when I have to wait,
when that car cuts me off in traffic,
when the invitation doesn’t come,
or when I need to say “no.”

As I learn to depend on Him, to lean on Him in the small areas this becomes a pattern for depending on Him, trusting Him with the so-called bigger challenges of life. Any challenge and/or lack of trust in Jesus is a call to prayer.

This all starts with recognizing my need to trust (Trust is the path to His shalom.) and recognizing my own attempts to control. Trust comes as I draw near to Him, asking for trust-help, with a readiness to do the next thing He asks me to do. And in the way He asks me to do it. Always counting on Him to work a life-bringing miracle in me. Jesus is pleased with our child-like dependence.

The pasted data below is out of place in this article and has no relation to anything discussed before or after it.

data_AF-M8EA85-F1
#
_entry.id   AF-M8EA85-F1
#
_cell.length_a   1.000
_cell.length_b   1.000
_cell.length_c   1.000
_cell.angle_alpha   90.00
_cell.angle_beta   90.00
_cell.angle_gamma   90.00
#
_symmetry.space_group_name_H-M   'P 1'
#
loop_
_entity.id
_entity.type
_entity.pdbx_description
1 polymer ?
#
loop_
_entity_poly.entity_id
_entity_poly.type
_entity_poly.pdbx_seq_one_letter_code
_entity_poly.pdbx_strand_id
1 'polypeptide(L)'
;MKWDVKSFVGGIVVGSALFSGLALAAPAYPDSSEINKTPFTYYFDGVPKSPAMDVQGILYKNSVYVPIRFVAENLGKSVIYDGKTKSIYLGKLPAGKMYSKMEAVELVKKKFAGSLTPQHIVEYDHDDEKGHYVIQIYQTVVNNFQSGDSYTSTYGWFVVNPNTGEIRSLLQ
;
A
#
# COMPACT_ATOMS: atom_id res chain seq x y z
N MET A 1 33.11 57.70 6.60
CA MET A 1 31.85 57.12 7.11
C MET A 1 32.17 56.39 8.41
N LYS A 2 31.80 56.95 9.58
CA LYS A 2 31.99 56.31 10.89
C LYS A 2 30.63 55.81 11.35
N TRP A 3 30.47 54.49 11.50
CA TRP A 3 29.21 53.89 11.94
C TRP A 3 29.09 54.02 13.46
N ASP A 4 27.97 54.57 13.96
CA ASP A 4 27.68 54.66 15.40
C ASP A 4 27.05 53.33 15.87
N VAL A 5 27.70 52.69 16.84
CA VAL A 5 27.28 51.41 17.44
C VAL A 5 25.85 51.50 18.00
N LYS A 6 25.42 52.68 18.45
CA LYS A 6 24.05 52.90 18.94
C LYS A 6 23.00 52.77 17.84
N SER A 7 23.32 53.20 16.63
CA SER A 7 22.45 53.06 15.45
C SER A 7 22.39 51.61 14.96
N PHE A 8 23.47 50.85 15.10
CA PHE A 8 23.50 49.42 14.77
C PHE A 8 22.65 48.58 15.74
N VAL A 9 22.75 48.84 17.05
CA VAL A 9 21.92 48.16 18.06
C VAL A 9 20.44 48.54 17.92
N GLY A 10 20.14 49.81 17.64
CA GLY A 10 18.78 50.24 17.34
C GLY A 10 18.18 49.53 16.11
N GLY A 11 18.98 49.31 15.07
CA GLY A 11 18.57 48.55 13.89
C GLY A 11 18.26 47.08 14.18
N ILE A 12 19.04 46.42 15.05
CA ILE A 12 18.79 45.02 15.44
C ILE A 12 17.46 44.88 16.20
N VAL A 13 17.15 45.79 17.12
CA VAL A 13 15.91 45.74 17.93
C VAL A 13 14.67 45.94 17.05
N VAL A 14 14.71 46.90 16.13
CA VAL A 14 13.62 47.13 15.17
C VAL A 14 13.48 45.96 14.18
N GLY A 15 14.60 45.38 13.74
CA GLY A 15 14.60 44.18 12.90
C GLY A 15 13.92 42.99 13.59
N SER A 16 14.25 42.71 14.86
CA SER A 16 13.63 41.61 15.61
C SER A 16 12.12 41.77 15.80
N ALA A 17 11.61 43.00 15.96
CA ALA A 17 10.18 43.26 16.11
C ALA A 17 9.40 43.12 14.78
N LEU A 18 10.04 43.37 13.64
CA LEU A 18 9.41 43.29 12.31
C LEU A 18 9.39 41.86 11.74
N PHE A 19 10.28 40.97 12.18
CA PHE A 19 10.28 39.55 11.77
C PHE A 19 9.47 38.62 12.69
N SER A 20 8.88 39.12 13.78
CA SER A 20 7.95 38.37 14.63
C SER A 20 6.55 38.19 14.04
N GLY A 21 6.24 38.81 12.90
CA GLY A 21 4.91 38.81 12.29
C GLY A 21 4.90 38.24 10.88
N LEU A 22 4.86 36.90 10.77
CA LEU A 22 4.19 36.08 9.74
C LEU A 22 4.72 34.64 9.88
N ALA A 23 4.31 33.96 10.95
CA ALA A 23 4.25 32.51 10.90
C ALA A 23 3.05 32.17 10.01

My insufficient trust is a call to prayer that is often revealed in challenging circumstances.

Lord, I believe. Help my unbelief. Please turn my trust deficit into ruthless trust in You.

Lets’ pray for one another as we each seek to have our trust in God increase.

In anticipation and hope because God is both merciful and mighty,

Carolyn Roper

“Happy, Happy Trees”
Psalm 1

“Happy is the man who does not walk in the counsel of the wicked, nor stand in the way of sinners, nor sit in the seat of scoffers; but he delight in the instruction of the Lord, and on that instruction he meditates day and night.” He shall be like a tree… (Psalm 1:1).

Alexander Pope had another take: 

Vice is a monster of so frightful mien, 
As to be hated needs but to be seen; 
Yet seen too oft, familiar with her face, 
We first endure, then pity, then embrace.

Whatever—villainy and vice come easily. All we have to do is follow the crowd. First we take delight in its counsel, then we embrace its behavior, and adopt its cynicism. Inured to goodness we become distracted and heedless, blown about and borne along by every whim and vagary that comes our way.